How Do I Eat for Joint Health?
“How do I eat for joint health?” is a question we associate with aging. The truth is, young, active individuals can have joint issues just like the older population. While younger people likely have joint pain from sports injuries and activity, the aging population can experience similar pain due to inflammation, deterioration of the joints and various forms of arthritis.
The good news is whether you are 23 or 63, you can add specific foods to your diet to help improve your joint health. On the same note, you can also remove certain foods that can potentially contribute to chronic inflammation in the body. Foods that are highly processed as well as high in added sugar and saturated fat are at the top of the removal list. While convenient and tasty, they are typically low in nutrients. Fried food, packaged sweets, chips, candy, soda and similar foods are the ones to cut back on or even avoid.
Not to fear, the foods that are good for your joints are just as tasty and can help reduce inflammation to make your joints stronger and healthier. Here is a top 10 list of foods for joint health:
- Berries – All berries are rich in nutrients and anthocyanins, which are antioxidants that help fight inflammation and give berries their rich color. They also contain ellagic acid, another antioxidant. Try toping your yogurt parfait with berries or adding them to a salad.
- Walnuts – While all nuts contain healthy, inflammation-fighting fats, walnuts top the chart with omega-3 fatty acids. However, they are also high in calories, so it is important to watch your serving size. Consider crumbling them into oatmeal, sprinkling them on a salad or having a handful as a snack.
- Orange and yellow fruits and veggies – Loaded with beta-carotene, a precursor to vitamin A in the body and strong antioxidant, orange and yellow fruits and veggies are a great addition to your joint health eating plan. They contain beta-cryptoxanthin that can help ward off inflammation disorders like arthritis. To include them in your diet, try dipping carrots or squash in hummus or blending orange fruits in a smoothie.
- Turmeric – Turmeric is rich in curcumin, an inflammation-fighting antioxidant that may ease arthritis pain and swelling by blocking the effects of pro-inflammatory enzymes and chemical pain messengers. To enhance turmeric’s effect, research suggests adding a pinch of black pepper. The piperine in black pepper can increase curcumin’s power by 2000 percent! Try adding an inch of turmeric root to a smoothie!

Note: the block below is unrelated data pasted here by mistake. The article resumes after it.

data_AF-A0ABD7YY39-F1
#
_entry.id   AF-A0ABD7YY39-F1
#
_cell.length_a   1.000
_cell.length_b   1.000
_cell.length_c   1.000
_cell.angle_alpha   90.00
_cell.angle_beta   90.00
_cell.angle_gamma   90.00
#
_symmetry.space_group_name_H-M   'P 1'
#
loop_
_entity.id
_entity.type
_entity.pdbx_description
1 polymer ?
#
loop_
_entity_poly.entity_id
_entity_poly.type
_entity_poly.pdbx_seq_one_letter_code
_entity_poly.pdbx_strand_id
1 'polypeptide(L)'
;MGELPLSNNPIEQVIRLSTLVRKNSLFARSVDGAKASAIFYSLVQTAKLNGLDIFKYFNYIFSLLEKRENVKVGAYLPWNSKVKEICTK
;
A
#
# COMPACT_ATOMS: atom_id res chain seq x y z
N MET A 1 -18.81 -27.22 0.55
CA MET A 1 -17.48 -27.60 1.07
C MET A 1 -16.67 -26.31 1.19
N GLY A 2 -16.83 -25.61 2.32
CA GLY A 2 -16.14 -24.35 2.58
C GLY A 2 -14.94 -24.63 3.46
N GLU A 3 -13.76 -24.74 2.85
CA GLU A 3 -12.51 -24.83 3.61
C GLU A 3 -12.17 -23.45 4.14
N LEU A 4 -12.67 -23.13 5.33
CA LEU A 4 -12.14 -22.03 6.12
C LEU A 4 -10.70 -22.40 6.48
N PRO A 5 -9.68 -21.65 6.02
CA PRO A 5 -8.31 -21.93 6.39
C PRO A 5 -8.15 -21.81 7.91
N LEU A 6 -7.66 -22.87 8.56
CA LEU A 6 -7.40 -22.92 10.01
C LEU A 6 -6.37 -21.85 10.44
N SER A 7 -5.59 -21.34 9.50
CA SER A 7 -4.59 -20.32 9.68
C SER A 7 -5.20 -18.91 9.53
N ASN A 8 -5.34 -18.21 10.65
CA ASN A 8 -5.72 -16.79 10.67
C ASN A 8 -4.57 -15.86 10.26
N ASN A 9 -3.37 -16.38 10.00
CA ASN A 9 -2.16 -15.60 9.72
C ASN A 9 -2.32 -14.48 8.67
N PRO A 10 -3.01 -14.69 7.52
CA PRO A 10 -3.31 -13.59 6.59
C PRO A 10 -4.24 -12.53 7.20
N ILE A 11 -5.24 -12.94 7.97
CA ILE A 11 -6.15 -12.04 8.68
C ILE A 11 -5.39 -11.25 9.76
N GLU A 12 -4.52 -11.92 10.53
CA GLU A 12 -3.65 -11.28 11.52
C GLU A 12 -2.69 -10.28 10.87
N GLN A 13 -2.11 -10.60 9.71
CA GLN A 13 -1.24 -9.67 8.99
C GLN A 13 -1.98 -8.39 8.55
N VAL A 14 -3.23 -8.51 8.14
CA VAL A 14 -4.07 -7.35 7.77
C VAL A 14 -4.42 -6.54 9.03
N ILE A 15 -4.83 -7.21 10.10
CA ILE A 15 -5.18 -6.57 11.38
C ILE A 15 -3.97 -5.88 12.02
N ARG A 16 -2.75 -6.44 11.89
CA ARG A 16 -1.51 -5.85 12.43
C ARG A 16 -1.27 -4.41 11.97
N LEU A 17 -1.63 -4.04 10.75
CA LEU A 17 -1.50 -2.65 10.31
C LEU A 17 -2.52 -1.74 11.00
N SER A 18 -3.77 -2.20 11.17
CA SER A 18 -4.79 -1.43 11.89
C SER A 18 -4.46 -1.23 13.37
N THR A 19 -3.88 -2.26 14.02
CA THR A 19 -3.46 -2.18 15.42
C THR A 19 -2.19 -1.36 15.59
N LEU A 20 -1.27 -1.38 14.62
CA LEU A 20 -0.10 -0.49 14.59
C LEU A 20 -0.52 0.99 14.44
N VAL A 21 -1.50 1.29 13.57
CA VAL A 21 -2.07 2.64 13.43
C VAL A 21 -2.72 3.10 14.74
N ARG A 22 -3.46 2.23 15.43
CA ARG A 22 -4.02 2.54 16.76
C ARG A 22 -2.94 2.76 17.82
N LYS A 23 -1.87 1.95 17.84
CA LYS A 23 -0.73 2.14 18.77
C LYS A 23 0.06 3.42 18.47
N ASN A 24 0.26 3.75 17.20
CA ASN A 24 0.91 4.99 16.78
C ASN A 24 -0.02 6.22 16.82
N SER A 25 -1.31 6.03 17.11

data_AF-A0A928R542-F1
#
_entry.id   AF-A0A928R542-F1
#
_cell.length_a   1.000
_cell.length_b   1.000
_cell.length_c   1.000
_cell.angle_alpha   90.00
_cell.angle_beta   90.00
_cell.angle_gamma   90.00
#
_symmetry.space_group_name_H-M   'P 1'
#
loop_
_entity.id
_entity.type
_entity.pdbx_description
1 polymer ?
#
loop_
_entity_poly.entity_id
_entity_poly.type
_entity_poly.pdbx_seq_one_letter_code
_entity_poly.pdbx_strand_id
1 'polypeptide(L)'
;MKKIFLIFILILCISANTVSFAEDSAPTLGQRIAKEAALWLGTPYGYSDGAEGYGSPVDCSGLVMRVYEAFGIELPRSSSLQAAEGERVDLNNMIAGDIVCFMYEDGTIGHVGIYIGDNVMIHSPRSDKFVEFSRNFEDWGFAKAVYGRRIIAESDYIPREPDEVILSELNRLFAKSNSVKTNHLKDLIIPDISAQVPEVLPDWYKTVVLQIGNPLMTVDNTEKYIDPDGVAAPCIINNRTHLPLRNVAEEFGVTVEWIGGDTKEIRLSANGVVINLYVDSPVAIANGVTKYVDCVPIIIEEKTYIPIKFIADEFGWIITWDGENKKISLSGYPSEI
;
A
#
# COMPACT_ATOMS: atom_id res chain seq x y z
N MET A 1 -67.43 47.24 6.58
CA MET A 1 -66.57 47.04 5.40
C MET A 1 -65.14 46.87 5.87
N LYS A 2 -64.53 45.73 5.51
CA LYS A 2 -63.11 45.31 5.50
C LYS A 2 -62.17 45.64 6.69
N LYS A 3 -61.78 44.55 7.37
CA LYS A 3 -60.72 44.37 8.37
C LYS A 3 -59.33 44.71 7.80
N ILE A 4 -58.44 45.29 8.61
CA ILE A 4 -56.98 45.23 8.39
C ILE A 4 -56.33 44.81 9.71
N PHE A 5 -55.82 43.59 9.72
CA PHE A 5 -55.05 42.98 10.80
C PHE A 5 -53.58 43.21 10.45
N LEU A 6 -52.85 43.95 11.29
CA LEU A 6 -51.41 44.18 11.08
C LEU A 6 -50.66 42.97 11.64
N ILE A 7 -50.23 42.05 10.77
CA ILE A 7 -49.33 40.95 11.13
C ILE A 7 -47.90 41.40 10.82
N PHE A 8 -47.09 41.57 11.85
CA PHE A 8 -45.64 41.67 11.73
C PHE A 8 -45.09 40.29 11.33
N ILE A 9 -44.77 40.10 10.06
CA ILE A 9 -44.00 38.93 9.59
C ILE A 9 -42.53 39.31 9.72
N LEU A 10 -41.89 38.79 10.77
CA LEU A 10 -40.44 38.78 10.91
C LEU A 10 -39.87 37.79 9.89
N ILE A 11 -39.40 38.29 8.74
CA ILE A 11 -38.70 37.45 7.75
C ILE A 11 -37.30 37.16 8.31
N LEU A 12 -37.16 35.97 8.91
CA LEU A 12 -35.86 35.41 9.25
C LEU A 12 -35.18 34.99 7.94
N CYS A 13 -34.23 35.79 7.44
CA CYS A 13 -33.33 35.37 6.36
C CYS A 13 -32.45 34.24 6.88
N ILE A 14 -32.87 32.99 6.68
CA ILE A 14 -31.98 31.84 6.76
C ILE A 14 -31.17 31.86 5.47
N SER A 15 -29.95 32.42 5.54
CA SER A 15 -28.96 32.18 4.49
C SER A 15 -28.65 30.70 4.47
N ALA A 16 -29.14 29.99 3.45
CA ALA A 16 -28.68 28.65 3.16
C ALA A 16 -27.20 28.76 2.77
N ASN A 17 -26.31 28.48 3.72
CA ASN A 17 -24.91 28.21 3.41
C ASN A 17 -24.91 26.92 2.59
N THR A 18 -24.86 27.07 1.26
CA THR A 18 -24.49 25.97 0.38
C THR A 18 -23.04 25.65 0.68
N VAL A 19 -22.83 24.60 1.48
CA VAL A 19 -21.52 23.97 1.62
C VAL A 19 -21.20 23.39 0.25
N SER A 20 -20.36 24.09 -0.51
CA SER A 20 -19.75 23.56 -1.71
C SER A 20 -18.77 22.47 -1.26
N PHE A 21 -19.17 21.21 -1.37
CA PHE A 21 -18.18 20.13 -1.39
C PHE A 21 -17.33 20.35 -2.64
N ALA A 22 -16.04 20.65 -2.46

- Dark Green Vegetables – From Brussels sprouts to broccoli, green veggies are where it’s at when it comes to health! They are full of vitamin C and other antioxidants that can help buffer damage to joints. Add spinach and kale to a breakfast smoothie, a salad to lunch or roasted veggies to dinner.
- Tart cherries – With five times the antioxidant power of vitamin C, tart cherries are at the top of the “to eat” list for joint health. Their high anthocyanin content is what makes them so powerful in fighting inflammation. Try tart cherries blended into a post-workout smoothie or added to a snack mid-afternoon.
- Salmon – Fatty fish like salmon, trout, mackerel and sardines are full of anti-inflammatory omega-3 fatty acids. Research suggests they might help reduce joint pain and stiffness by suppressing the production of enzymes that erode cartilage and proteins that regulate inflammation. Try eating salmon or another fatty fish two to three times per week.
- Red peppers and Citrus Fruits – Red peppers and citrus fruits are brimming with vitamin C. It helps your body make collagen, which is part of your cartilage, tendons and ligaments that cushion your joints and help hold them together. Red peppers can be eaten cooked or raw and are a rich nutrient addition to any omelet, snack or salad.
- Ginger – While you make think of it to reduce nausea, ginger can also help ease joint pain by blocking several genes and enzymes that promote inflammation and discomfort. Try sipping on a glass of ginger tea or adding fresh ginger to a stir-fry.
- Onions – High in quercetin a flavonoid that is a category of antioxidants, onions might help your joints. Quercetin helps the body fight off free radicals that can damage joints. Try sautéing onions with other veggies for lunch or dinner.
If you are interested to hear more and receive personalized nutrition, check out STYR’s app, fitness tracker and suite of connected smart devices. Through the platform, you can track and log activity, food, hydration, sleep, nutrition, mood and more to personalize your nutrition needs based on data, science and access to registered dietitians, nutritionists and personal trainers.
Please note that this information is not intended to be a substitute for professional medical advice, diagnosis or treatment. We insist that you always seek the advice of your physician or other qualified health care provider with any questions you may have regarding a medical/health condition or treatment and before initiating a new health care regime. Do not disregard professional medical advice or delay in seeking it because of something you have read on the STYR app or on www.MyNutritioniQ.com.